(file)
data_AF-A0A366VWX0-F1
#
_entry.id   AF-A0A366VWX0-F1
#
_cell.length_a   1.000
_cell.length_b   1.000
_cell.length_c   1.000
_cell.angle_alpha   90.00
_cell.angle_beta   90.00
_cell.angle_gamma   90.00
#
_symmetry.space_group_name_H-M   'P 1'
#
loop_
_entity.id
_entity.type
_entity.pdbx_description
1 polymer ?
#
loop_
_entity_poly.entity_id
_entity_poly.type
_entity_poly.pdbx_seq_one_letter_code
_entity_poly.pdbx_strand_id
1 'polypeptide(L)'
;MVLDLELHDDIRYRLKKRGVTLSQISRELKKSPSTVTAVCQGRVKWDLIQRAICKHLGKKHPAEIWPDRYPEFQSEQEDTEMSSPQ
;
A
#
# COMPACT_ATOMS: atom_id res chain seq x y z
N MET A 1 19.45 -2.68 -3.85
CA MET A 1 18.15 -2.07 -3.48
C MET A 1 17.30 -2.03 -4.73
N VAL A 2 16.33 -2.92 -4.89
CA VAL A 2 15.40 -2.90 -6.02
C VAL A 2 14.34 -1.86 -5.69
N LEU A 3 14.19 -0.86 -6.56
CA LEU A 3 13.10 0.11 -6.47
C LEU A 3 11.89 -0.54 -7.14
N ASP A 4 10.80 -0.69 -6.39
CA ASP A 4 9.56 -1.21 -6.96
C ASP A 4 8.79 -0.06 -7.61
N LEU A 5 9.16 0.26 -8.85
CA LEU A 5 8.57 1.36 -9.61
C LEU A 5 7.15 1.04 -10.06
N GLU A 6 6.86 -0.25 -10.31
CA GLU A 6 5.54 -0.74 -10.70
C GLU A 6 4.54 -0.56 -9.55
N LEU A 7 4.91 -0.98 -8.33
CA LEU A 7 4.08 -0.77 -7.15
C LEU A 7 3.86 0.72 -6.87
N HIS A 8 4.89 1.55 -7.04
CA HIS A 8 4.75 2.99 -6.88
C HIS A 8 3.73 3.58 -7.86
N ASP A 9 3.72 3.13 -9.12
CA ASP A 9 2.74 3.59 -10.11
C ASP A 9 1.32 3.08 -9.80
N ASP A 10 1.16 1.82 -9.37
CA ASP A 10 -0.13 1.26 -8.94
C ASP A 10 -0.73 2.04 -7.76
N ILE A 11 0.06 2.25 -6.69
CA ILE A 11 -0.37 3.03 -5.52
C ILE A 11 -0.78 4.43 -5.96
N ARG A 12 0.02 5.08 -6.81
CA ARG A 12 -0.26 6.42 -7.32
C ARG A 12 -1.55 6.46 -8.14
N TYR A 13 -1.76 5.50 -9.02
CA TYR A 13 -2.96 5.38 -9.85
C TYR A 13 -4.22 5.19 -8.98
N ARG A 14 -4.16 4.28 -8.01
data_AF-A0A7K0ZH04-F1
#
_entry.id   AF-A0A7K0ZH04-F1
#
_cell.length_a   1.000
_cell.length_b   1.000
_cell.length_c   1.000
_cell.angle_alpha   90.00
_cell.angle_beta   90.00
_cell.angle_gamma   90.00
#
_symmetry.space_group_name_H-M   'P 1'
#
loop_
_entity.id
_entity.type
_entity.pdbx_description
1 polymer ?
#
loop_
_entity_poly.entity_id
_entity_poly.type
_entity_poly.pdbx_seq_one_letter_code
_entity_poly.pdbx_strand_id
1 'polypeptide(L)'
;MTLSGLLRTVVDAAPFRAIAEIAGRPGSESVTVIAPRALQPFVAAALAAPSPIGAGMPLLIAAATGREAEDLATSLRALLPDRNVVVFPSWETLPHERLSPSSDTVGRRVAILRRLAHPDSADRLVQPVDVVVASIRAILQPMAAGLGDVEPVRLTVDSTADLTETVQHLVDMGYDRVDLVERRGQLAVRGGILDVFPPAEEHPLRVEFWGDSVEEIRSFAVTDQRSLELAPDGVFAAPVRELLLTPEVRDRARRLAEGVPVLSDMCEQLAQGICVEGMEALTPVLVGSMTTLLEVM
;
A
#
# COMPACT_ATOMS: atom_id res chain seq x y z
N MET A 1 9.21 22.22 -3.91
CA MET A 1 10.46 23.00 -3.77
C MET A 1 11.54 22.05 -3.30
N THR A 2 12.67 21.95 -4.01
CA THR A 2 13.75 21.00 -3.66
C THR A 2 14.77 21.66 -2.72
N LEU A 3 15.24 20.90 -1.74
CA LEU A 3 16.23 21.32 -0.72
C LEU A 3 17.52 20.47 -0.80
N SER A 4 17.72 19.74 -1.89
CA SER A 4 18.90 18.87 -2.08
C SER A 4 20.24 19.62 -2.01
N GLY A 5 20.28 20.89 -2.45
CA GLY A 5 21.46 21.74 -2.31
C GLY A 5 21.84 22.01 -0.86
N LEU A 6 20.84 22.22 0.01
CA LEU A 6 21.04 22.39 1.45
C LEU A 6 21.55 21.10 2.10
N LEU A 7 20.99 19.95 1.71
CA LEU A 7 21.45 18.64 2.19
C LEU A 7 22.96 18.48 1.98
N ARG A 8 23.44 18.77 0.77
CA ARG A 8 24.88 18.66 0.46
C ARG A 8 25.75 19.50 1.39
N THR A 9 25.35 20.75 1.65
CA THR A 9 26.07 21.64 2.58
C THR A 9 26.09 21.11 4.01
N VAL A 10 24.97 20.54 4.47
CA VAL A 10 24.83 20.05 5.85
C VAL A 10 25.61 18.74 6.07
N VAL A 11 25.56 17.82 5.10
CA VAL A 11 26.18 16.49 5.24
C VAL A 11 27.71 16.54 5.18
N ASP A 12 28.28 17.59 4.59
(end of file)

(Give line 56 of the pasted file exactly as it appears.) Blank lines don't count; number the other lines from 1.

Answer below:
CA ASP A 9 2.74 3.59 -10.11